Archive for December 9th, 2012

Into The Light

The French, they can differ from other humans.

They are for instance known, in the immortal, if crude, words of National Lampoon, as folks who “fight with their feet and fuck with their faces.”

Now it seems they have determined that a proper way to honor Mary, mother of Jesus of Nazareth, is to light up a building like a pinball machine, and then play it.

For many centuries, the people of Lyon have in early December paid homage to Mary, in gratitude to the goddess-woman for interceding with the Mean Man to spare the place from the plague, back in 1643.

In them Olden Times, said homage involved a procession culminating at the Basilica of Fourviere, where candles were lit and offerings presented.

In 1852, the sculptor Joseph Hugues Fabisch erected a Mary statue next to the Basilica. The people of Lyon in that year planned for December 8 a mammoth Mary party. Here is what happened:

Leading up to the inauguration, everything was in place for the festivities: the statue was lit up with flares, fireworks were readied for launching from the top of Fourvière Hill and marching bands were set to play in the streets. The prominent Catholics of the time suggested lighting up the facades of their homes as was traditionally done for major events such as royal processions and military victories.

However, on the morning of the big day, a storm struck Lyon. The master of ceremonies hastily decided to cancel everything and to push back the celebrations to the following Sunday. In the end the skies cleared and the people of Lyon, who had been eagerly anticipating the event, spontaneously lit up their windows, descended into the streets and lit flares to illuminate the new statue and the Chapel of Notre-Dame-de-Fourvière, later superseded by the Basilica. The people sang songs and cried “Vive Marie!” until late in the night.

In years since, Lyon humans have each December 8 placed Mary-devoted lit-candles on their windowsills. The place is each year alive with light. Meanwhile, in the center of town, various assorted performances and such have built upon one another until these days they draw up to 4 million tourists, to what has become a four-day event.

As it is necessary on this planet that things mutate to survive, the Mary-fest now features some very clever humans, from the French lighting company CT Light Concept, who project with colored lights an assortment of pinball bumpers and flippers onto the side of the Celestine Theater. The display fully playable, as can be seen in the video below.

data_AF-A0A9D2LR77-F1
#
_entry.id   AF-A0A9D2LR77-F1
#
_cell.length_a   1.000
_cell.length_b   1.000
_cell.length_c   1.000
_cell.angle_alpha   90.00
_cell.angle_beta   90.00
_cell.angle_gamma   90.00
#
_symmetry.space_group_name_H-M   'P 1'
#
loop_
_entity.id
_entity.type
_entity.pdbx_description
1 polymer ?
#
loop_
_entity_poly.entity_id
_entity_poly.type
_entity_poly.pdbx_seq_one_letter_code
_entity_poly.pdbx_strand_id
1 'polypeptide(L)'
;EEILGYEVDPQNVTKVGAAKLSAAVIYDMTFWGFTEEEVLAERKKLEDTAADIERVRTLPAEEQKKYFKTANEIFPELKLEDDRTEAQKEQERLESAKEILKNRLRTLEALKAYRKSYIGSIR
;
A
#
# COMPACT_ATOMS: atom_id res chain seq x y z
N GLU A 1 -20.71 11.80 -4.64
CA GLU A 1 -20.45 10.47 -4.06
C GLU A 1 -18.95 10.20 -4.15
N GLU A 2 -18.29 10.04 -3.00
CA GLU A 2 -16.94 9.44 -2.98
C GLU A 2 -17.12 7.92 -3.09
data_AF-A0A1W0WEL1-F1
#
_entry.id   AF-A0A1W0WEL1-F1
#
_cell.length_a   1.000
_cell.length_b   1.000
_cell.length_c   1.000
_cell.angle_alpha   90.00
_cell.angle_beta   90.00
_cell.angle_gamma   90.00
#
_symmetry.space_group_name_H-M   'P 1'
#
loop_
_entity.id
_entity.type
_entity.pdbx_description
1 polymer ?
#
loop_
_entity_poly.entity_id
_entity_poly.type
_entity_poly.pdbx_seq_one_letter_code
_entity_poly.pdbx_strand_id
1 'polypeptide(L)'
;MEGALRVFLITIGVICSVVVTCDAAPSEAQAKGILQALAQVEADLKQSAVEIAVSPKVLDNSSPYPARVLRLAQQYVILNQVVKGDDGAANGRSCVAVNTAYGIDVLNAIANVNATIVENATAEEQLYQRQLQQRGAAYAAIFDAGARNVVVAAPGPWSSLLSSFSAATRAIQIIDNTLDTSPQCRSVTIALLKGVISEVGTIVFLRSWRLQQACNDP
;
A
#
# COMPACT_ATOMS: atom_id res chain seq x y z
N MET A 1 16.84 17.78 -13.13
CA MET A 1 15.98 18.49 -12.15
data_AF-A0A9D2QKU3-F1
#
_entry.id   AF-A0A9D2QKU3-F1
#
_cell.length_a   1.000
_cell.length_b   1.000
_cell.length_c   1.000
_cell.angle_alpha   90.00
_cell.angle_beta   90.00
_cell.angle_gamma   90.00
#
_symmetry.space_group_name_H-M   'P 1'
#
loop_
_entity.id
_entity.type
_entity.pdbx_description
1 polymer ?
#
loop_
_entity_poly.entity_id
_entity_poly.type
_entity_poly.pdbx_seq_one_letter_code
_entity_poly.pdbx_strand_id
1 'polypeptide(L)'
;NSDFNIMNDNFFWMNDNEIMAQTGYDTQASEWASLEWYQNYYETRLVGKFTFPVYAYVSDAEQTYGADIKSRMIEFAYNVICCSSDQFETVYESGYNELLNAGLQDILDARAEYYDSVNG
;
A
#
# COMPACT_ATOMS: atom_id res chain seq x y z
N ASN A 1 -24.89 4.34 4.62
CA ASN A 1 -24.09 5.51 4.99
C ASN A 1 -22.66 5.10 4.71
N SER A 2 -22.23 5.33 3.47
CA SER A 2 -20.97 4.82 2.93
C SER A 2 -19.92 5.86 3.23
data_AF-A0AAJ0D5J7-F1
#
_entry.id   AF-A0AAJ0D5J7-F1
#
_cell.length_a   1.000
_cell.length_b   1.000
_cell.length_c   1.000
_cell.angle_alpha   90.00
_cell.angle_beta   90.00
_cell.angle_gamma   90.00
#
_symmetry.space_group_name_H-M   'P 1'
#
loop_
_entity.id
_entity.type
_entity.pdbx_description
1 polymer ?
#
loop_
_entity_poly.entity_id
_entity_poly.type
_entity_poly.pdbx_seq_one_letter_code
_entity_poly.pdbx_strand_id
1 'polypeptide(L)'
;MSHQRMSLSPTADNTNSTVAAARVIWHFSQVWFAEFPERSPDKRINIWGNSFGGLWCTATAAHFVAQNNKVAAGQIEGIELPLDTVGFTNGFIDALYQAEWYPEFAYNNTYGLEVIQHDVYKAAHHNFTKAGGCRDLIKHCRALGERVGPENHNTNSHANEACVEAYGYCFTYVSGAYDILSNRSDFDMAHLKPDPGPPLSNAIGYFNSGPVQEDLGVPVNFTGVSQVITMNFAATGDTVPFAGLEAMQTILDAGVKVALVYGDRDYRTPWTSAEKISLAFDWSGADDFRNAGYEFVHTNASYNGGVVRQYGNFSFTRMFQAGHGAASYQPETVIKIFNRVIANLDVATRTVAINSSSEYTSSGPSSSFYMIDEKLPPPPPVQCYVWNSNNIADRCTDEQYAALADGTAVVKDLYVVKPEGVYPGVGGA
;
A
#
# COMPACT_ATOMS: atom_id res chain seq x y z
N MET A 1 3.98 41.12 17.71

Pretty cool.

Frisky and alive.

The French: good with light. Knowing Mary as the one and only. And thereby sailing into the great wide open.

Real

(This is for those a-worryin’ about 12/21/12, or, indeed, any little ol’ thing. And yes, in that photo, that is “my” “hand.”)

∞ ∞ ∞ ∞ ∞

“I have this beetle here in one hand,” Aristotle proclaimed one day, “with a single oval shell and eight jointed legs, and I have here in my other hand this second beetle of lighter hue which has twelve legs and a shell that is longer and segmented. Can you explain the differences?”

“Yes,” said Plato. “There is no such thing as a beetle, in either of your hands. There is no such thing as your hand. What you think of as a beetle and a hand are merely reflections of your recognition of the idea of a beetle and a hand. There is only the idea, which existed before these specimens came into being. Otherwise, how could they come into being? And the form of the idea, of course, is always eternal and real, and never changes. What you are holding in what you think are your hands are shadows of that idea. Have you forgotten my illustration of the cave in my Republic? Read it once more. That the two beetles you have are different is clear enough proof that neither is real. It therefore follows that only the form or the idea of the form is susceptible to study, and it is something about which we will never be able to learn more than we already know. Ideas alone are worth contemplating. You are not real, my vain young Aristotle. I’m not real. Socrates himself was but an imitation of himself. All of us are merely inferior copies of the form that is us. I know you understand me.”

—Joseph Heller, Picture This


When I Worked

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